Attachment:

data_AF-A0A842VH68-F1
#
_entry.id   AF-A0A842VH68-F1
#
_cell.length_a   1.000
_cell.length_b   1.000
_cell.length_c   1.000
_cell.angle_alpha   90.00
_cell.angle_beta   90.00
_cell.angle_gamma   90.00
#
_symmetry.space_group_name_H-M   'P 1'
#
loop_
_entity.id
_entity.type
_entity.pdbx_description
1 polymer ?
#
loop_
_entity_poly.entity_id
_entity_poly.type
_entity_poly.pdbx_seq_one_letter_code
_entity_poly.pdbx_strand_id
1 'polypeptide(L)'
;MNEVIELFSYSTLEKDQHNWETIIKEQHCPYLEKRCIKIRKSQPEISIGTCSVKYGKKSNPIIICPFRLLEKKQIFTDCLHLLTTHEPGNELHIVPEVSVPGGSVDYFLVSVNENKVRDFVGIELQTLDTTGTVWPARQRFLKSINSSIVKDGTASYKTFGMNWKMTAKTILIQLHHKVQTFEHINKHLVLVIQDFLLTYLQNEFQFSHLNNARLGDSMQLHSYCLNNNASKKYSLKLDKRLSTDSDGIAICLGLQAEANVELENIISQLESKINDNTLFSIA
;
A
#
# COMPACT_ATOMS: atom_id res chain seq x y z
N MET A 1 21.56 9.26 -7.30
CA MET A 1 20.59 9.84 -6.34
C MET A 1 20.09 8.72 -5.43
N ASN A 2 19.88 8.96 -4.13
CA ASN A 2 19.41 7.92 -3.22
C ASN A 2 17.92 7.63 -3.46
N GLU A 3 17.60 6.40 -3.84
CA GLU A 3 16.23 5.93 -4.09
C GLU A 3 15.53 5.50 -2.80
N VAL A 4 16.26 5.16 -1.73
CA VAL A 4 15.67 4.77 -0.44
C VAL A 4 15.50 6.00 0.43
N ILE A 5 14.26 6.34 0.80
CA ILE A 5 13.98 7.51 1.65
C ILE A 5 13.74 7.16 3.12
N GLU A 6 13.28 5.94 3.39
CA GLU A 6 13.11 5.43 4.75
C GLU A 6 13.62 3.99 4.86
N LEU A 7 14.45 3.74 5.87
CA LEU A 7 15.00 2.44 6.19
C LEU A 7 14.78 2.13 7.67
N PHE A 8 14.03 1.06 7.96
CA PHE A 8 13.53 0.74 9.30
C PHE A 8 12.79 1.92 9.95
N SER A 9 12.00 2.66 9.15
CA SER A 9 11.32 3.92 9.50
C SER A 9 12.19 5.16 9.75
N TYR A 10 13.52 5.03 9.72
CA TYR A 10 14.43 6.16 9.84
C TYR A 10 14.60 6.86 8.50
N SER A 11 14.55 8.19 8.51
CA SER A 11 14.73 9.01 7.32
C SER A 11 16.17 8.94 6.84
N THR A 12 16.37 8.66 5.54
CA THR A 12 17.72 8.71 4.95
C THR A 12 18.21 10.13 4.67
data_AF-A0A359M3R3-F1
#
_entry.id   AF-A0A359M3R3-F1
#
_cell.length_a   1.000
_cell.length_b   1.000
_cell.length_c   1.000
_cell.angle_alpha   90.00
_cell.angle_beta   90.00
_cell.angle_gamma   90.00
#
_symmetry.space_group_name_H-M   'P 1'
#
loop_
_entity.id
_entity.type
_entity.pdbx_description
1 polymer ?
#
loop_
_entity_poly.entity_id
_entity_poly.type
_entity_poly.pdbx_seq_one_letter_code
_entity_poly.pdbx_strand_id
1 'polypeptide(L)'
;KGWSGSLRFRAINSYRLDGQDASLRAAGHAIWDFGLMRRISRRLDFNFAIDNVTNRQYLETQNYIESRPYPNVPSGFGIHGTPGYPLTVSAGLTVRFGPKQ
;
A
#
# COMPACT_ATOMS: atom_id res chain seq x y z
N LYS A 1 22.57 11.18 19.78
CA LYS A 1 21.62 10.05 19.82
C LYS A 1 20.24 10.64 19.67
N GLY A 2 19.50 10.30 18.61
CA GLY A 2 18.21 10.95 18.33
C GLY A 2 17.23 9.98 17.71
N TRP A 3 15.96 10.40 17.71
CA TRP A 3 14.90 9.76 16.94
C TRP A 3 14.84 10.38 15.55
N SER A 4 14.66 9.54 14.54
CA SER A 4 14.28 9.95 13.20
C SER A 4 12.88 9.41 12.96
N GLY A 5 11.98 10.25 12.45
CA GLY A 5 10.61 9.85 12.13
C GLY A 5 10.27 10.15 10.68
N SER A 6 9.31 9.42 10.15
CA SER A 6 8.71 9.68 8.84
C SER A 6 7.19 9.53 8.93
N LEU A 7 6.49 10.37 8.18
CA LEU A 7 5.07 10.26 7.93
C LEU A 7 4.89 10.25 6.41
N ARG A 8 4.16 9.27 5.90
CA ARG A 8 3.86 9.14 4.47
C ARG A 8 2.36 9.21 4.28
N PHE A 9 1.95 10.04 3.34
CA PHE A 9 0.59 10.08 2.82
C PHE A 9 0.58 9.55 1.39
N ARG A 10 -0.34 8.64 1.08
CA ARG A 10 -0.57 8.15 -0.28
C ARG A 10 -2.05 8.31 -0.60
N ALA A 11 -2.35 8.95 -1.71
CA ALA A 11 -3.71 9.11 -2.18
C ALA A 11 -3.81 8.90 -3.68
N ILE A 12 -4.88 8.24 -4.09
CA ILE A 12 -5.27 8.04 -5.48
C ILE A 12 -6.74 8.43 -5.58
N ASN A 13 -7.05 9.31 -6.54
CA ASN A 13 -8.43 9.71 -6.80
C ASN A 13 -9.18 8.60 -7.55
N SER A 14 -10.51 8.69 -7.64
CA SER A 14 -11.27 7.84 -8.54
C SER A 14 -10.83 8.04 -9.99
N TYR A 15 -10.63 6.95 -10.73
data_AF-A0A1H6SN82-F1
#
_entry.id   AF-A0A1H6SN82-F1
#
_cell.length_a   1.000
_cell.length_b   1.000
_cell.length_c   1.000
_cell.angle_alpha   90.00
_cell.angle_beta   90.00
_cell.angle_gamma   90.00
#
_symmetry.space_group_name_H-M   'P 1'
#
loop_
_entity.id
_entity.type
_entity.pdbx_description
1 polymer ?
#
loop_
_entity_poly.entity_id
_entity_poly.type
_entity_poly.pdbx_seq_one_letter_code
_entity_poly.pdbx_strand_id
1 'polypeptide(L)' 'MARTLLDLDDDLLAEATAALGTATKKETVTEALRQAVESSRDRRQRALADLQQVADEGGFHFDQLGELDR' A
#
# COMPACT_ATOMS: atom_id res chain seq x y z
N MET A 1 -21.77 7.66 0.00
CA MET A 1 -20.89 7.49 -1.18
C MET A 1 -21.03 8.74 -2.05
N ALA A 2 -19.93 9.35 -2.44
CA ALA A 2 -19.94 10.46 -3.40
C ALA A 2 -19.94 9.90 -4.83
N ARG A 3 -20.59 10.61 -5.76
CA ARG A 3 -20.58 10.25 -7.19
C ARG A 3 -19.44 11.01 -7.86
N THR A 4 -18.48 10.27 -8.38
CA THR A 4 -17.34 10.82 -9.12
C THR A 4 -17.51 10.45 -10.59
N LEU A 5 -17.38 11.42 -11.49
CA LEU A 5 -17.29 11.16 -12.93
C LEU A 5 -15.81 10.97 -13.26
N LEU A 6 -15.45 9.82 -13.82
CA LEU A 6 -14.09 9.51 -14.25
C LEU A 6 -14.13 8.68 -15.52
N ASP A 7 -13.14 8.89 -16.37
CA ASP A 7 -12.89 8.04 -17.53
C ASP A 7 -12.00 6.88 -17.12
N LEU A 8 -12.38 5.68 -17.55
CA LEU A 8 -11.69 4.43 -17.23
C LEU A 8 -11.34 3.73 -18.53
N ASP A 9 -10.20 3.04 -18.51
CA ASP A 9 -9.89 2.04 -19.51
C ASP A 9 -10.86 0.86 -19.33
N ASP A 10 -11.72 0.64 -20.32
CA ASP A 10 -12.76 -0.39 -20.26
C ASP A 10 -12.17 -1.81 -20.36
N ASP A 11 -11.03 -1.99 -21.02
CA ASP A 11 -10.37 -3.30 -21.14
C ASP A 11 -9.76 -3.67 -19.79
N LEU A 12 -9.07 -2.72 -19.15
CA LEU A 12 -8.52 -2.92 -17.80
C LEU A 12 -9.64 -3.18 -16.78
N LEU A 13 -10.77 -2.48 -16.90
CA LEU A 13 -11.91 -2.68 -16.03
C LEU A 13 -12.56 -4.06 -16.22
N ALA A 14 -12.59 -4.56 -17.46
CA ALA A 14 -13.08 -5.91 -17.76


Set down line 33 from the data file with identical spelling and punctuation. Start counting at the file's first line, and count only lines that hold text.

C MET A 1 20.09 8.72 -5.43